PRICE: $15.00
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ARTIST
TITLE
Five A's, Two C's, One D, One E, Two H's, Three I's...
FORMAT
CD

LABEL
CATALOG #
VICTO 111CD VICTO 111CD
GENRE
RELEASE DATE
12/1/2008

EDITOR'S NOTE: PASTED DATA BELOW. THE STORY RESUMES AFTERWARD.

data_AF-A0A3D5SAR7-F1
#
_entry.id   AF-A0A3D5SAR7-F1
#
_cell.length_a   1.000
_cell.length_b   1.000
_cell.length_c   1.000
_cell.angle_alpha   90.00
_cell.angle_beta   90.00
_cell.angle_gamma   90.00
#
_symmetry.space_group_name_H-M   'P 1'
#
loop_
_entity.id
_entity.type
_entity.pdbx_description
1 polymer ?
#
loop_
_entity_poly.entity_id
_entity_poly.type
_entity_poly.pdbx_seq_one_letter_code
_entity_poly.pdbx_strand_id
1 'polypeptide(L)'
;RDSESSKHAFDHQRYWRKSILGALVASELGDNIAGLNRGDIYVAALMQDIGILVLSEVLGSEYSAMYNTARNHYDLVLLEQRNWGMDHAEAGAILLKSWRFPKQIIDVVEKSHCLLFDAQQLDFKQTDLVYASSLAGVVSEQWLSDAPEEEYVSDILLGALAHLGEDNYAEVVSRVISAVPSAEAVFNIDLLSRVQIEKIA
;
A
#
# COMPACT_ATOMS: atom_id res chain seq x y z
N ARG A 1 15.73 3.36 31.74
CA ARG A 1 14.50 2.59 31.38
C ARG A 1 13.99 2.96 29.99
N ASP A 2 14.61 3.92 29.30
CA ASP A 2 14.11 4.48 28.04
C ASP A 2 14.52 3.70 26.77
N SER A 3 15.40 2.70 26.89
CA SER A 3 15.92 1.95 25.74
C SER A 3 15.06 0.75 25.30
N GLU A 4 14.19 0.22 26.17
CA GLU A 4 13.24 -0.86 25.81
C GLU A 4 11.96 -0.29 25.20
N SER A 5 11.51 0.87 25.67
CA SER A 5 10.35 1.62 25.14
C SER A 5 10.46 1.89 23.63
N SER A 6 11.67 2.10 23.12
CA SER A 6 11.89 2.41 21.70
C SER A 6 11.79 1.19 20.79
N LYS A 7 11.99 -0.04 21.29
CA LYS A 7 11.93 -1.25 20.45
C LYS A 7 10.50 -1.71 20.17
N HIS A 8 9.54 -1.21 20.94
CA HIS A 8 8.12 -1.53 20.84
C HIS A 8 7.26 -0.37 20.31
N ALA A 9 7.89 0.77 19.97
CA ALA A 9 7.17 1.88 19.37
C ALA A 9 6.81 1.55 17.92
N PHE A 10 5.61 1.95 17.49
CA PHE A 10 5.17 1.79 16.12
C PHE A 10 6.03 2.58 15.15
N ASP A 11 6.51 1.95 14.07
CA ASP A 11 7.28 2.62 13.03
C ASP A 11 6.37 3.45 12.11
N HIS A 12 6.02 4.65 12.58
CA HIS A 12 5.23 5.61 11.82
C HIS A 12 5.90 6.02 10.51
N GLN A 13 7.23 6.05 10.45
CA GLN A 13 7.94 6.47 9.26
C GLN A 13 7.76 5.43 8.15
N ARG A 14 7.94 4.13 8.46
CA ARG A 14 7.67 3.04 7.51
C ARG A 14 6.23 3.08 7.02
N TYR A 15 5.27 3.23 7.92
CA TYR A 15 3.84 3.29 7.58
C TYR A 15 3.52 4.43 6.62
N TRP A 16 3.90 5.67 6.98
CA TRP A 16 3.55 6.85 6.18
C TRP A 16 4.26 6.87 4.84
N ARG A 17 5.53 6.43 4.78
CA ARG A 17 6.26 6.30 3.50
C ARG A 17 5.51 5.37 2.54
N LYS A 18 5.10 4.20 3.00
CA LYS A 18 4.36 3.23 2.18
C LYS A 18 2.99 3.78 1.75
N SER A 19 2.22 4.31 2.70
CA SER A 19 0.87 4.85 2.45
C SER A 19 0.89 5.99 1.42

Full title: Five A's, Two C's, One D, One E, Two H's, Three I's, One K, Three L's, One M, Three N's, Two O's, One S, One T, One W. Michael Snow (synthétiseur CAT, radio à ondes courtes, piano), Alan Licht (guitare électrique, électroniques), Aki Onda (cassettes, électroniques). "The Snow/Licht/Onda concert was proof that the most unconventional of instruments can be used to create imaginative soundscapes. Canadian pianist/electronic manipulator Michael Snow has led a life of diversity as a celebrated avant-garde filmmaker and improvising artist. New York-based guitarist Alan Licht has operated in a variety of musical spheres, influenced by everything from the minimalism of Steve Reich to no wave bands like Sonic Youth. Japanese-born, New York-based Aki Onda is an equally intrepid artist who, aside from composition, production and photography, uses a most unlikely instrument -- a cassette Walkman -- to create a personal view of music as texture and experience. The trio's hour-long performance, while not its first, found them still very much in exploratory territory, looking for ways to shape sounds ranging from spare and atmospheric to dense and industrial. While there was little relationship to the familiar, the set had its own form, even if suggestive of a relentless barrage of sound. Snow, at various points, put a portable radio up to a microphone, broadcasting whatever he happened to find, including a radio announcer discussing a festival taking place in Victoriaville. Like many other moments during this often intense spatial-temporal audioscape, serendipity reigned --the postmodern self-referentiality of the radio announcement being a prime example. But perhaps what made the set so interesting was, above all, the audience' awareness that many of the sounds being produced by Snow, Licht and Onda were as new to the artists as to the audience. Improvisation as texture, not as rhythm, melody or fixed form." --John Kelman, All About Jazz, Victoriaville May 18, 2007.